Isaac K (jp) wrote: Easily one of the best boxing movies ever.
Garrett C (kr) wrote: A smart piece of popcorn entertainment that has the Spielberg influence all over it, fans of classic sci-fi films (and other cinematic staples) will enjoy all the references and cameos present here. It's an enjoyable little piece of 80's blockbuster fare.
Tony M (it) wrote: I love Steptoe & Son and this movie really shows Harold and his dirty old man at their rag & bone best. 5 stars for this old gem.
Robert B (ag) wrote: Ok very dated by today's standards, the spfx always reminds me of Toho sci-fi flicks of the same era. My kids always wonder when Godzilla is going to pop out of an iceberg. Storytelling's pace is unusual butgets up to speed as the film progresses. Walter Pidgeon is always solid as the scientist/ commander in these type of Cold War 50/60's scifi romps. An interesting note about the Van Allen radiation belts catching fire from a meteor plot. The film was inspired by a news article were the USA military was conducting high altitude nuclear explosions / tests (aka rainbow bombs) testing the effects of electromagnetic pulses and there was a proposal before then President Kennedy to explode a nuclear bomb inside the Van Allen radiation belts. The scientists theorized that the bomb could a) cause an EMP that would travel along the belt and wipe out electrical equipment world wide, b) do nothing or c) fry every living thing on Earth. President Kennedy cancelled the project.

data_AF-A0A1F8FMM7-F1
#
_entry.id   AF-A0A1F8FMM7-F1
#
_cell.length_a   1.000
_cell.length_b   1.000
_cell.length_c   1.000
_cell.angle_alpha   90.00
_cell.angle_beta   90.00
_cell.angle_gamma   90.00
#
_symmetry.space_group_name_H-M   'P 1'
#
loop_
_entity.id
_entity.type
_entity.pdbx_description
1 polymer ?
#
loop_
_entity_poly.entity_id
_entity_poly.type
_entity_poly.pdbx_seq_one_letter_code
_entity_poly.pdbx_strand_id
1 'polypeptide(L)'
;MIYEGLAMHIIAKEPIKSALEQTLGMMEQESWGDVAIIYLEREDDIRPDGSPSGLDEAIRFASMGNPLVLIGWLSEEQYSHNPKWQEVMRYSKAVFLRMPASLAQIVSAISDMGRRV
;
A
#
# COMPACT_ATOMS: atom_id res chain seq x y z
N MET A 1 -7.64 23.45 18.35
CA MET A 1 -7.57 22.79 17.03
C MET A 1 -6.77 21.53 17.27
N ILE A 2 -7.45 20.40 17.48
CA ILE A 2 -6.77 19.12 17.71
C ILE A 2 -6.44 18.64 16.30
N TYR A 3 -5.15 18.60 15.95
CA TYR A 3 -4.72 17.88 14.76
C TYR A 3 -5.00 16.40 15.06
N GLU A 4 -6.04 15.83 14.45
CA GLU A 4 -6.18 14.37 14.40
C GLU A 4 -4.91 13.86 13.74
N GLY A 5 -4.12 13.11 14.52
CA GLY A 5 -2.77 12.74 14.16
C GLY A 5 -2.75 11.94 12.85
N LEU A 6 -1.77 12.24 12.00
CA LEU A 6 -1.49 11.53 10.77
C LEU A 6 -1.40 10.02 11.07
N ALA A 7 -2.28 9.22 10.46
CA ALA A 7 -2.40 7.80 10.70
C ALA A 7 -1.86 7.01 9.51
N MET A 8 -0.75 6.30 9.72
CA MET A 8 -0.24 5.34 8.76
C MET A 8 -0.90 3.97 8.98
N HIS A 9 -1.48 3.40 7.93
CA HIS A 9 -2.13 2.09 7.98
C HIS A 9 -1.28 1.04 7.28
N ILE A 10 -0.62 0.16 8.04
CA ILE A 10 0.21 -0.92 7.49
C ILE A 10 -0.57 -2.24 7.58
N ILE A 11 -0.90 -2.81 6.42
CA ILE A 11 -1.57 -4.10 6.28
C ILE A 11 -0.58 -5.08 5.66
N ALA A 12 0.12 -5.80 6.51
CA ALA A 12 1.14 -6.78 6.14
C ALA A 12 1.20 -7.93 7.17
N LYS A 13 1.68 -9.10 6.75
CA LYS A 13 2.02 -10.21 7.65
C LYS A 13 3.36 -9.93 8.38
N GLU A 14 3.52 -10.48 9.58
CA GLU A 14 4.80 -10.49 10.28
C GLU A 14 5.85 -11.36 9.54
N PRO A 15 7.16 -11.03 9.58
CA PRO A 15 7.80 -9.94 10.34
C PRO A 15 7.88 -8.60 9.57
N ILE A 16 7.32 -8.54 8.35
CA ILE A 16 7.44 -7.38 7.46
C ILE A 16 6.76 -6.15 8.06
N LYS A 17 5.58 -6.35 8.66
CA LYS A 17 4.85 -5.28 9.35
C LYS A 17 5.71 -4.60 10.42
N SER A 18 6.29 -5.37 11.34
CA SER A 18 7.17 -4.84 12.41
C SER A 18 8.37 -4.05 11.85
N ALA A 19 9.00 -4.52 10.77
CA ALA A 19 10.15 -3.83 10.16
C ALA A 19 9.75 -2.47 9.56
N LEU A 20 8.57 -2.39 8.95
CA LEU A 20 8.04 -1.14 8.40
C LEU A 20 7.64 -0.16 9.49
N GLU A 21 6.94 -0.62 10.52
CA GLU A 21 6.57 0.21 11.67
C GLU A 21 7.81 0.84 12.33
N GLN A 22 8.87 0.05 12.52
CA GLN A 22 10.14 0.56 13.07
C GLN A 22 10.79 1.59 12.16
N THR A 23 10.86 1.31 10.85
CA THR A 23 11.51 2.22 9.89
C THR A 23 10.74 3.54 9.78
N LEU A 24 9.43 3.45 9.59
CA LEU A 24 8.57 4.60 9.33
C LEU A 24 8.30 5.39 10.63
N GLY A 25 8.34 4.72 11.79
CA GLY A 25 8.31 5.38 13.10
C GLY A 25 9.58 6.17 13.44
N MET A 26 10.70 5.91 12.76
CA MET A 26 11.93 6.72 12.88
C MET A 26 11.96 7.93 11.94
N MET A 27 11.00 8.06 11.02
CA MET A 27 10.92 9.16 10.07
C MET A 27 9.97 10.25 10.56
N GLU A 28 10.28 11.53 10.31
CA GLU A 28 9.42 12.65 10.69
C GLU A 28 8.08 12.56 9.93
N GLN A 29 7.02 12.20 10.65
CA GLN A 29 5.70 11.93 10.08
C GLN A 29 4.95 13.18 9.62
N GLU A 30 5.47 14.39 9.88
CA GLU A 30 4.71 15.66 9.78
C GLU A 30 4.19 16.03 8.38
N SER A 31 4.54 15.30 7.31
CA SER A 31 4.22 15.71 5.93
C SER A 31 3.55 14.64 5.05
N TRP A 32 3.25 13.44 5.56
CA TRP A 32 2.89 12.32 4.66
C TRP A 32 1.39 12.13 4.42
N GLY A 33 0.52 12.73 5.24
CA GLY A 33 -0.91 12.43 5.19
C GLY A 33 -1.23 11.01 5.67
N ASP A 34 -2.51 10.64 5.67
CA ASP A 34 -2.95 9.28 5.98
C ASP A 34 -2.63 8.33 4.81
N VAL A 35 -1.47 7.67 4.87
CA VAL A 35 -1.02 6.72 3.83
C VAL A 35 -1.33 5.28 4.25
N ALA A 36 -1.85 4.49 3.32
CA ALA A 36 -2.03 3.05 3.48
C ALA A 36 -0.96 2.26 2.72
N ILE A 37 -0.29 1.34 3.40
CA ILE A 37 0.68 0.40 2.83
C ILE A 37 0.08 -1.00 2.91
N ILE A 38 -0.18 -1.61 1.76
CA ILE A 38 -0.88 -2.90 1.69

Aaron B (es) wrote: This movie isn't that hot...but I've seen it maybe a dozen times in my life. I can't help but rate it highly.
James S (kr) wrote: A bit hard to follow, but after reading, fantastic plot, great political thriller and scary relavent for today
Juan B (kr) wrote: James Franco's performance is so bad, it made it hard to enjoy the movie, his delivery in every scene is lazy and has zero emotions. It's sad for me to say that I think he has peaked as an actor, I really enjoyed 127 hours but I cannot name another movie with him as the lead that I could say is even good. As far as the story goes? OZ is not the kind of man you root for , he's a jerk and I wanted him to fail. A good movie should always let me in, make me feel as if I'm there with the characters , but I was on the outside looking in throughout the entire film.